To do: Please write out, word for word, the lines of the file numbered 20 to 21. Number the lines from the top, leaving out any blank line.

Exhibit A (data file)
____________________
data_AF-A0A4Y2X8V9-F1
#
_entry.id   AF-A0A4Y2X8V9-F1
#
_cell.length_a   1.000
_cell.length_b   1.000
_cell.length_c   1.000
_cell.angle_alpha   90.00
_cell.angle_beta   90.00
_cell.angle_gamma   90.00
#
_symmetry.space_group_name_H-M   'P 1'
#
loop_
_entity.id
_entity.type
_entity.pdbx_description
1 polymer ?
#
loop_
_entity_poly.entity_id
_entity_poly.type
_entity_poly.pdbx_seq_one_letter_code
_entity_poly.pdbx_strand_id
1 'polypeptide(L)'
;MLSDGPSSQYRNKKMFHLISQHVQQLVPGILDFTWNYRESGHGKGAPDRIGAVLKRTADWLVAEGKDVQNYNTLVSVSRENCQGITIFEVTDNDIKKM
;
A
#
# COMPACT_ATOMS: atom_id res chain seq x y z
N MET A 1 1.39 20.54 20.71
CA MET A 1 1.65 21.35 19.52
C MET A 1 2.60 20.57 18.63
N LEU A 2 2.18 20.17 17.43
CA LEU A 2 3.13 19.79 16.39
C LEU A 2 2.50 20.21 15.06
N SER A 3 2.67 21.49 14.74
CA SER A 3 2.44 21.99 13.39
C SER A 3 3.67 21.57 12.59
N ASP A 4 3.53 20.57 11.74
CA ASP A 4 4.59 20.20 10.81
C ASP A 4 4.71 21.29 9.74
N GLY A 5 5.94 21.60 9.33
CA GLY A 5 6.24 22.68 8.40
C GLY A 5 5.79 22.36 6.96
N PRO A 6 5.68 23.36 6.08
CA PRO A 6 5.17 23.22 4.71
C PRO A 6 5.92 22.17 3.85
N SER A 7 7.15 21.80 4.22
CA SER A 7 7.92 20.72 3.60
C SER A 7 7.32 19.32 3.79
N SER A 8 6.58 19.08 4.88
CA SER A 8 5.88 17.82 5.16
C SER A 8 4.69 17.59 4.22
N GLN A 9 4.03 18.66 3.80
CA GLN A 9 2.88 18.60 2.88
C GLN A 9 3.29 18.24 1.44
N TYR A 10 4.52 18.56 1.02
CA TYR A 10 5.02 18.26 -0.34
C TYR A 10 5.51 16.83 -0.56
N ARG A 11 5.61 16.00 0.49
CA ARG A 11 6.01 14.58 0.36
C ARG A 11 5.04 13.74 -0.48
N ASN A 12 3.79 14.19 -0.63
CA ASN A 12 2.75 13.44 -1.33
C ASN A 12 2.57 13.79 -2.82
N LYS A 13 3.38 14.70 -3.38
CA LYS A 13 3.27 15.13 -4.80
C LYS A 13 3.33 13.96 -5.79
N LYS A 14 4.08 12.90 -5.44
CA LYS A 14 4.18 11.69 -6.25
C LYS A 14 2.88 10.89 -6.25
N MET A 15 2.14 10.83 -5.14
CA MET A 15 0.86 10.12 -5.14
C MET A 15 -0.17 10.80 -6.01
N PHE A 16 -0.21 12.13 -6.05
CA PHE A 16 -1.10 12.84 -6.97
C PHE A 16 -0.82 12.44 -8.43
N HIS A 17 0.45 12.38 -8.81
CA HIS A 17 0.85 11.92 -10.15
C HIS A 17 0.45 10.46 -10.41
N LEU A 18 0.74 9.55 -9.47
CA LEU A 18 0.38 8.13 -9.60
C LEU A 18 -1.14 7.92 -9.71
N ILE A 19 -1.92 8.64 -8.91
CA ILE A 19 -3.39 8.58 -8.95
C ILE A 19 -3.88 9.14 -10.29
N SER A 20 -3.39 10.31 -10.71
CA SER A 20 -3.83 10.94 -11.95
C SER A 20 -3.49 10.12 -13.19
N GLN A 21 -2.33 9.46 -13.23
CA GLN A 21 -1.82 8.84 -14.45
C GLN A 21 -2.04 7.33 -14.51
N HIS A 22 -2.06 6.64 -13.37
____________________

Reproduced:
loop_
_entity_poly.entity_id